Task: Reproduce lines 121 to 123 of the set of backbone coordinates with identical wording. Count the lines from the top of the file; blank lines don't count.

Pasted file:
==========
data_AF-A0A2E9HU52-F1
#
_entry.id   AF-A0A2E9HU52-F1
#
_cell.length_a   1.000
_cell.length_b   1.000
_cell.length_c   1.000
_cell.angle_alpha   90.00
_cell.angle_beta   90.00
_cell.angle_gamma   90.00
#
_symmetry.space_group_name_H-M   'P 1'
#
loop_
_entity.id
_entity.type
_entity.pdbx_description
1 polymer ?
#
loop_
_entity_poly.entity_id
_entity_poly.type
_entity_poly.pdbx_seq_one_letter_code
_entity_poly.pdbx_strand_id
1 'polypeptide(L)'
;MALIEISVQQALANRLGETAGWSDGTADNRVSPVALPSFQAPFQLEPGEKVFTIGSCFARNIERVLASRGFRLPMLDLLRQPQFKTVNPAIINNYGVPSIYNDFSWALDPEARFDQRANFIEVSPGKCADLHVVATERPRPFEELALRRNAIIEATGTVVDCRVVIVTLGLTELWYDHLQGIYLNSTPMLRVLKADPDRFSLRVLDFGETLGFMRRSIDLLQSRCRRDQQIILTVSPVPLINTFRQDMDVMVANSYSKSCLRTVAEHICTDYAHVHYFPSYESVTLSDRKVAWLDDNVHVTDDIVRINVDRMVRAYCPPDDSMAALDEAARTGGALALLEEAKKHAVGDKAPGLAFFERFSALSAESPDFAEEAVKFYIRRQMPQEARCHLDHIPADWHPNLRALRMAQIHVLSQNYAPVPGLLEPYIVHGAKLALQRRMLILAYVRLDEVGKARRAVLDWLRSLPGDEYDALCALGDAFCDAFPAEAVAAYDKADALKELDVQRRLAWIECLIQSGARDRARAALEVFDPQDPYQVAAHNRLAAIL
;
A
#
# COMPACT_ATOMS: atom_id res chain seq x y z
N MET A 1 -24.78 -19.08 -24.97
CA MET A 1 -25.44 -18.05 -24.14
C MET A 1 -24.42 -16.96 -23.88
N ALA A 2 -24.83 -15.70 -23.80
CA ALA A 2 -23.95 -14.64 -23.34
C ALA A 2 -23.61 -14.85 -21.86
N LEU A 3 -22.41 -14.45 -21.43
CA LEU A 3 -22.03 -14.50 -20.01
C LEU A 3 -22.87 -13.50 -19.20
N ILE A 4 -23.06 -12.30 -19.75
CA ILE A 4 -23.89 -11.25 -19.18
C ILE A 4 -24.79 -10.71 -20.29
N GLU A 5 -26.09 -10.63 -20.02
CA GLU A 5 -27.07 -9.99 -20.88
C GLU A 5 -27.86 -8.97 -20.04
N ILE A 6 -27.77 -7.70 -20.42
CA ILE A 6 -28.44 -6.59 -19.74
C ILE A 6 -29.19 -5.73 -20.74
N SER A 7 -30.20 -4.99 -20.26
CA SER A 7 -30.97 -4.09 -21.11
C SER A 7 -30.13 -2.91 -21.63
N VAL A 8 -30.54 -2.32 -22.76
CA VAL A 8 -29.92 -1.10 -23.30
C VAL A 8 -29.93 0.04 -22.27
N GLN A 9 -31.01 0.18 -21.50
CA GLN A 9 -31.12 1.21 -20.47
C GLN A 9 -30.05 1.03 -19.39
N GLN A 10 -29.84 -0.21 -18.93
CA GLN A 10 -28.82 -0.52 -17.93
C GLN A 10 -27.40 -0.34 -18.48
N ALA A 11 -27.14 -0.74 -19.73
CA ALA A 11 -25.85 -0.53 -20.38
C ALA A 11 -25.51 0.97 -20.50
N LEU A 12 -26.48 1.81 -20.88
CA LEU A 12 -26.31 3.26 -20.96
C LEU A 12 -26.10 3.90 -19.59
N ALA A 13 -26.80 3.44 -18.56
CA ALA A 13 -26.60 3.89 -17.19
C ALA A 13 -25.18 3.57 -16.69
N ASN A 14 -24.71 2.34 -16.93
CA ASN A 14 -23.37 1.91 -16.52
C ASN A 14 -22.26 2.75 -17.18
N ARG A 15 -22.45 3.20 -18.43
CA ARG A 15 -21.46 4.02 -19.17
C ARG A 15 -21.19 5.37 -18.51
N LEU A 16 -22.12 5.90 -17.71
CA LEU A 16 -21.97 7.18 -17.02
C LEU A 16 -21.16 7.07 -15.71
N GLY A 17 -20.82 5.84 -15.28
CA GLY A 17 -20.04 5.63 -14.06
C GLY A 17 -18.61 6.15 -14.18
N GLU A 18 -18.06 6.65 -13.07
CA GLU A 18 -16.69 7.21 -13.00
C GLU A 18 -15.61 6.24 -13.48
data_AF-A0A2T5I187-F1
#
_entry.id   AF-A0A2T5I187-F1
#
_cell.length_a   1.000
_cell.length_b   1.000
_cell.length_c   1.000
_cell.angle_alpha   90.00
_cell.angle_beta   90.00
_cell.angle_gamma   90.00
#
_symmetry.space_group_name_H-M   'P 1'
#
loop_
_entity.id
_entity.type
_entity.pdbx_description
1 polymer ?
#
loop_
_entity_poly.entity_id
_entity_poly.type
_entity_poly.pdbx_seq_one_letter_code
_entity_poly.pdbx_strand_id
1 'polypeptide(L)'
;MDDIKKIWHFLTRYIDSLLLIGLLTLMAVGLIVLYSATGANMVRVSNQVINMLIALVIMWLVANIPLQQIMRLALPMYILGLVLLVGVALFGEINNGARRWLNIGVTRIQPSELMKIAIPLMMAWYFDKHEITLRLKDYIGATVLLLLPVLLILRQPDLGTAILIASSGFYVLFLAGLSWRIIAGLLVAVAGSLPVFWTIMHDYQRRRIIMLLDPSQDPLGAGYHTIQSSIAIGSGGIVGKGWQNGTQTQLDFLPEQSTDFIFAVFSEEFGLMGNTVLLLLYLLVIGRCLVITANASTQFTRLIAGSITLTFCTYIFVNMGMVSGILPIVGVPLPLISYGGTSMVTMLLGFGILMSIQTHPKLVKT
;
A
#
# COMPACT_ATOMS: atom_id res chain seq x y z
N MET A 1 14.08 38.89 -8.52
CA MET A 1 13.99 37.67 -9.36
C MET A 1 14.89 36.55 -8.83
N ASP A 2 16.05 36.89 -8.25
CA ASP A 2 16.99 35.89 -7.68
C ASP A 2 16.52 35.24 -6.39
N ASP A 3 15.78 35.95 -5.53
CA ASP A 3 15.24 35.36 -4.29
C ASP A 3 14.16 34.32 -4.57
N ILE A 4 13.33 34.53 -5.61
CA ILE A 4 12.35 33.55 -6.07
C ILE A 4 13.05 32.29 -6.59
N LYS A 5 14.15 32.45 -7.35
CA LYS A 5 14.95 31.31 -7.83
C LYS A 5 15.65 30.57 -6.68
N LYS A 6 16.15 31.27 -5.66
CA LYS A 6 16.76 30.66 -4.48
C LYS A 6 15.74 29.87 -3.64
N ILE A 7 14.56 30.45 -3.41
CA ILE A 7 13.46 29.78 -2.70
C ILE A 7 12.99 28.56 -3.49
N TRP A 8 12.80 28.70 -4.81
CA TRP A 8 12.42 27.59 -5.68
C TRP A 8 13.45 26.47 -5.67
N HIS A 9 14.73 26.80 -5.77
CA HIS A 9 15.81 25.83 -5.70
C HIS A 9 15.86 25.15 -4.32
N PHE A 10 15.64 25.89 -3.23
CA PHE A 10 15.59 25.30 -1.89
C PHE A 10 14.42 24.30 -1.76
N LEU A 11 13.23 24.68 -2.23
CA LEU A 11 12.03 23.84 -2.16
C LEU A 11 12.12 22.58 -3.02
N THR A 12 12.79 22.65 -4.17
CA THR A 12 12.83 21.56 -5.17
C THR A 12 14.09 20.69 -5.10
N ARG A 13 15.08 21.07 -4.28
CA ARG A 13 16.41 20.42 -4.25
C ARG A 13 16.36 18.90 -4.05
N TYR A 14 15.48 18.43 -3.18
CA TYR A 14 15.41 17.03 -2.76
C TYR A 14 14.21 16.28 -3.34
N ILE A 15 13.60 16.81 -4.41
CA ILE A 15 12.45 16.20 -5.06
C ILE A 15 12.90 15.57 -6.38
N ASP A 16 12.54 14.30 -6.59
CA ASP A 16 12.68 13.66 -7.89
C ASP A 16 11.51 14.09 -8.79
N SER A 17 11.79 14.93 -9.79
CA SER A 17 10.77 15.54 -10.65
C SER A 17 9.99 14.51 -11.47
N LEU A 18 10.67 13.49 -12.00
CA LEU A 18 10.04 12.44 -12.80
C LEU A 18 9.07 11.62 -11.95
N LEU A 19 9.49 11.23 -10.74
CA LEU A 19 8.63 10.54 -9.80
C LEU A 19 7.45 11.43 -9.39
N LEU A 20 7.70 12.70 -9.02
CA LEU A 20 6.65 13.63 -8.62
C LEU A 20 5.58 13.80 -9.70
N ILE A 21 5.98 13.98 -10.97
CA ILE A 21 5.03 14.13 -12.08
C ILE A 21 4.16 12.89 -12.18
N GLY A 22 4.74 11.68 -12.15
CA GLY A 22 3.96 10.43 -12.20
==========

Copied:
N ASP A 3 15.78 35.95 -5.53
CA ASP A 3 15.24 35.36 -4.29
C ASP A 3 14.16 34.32 -4.57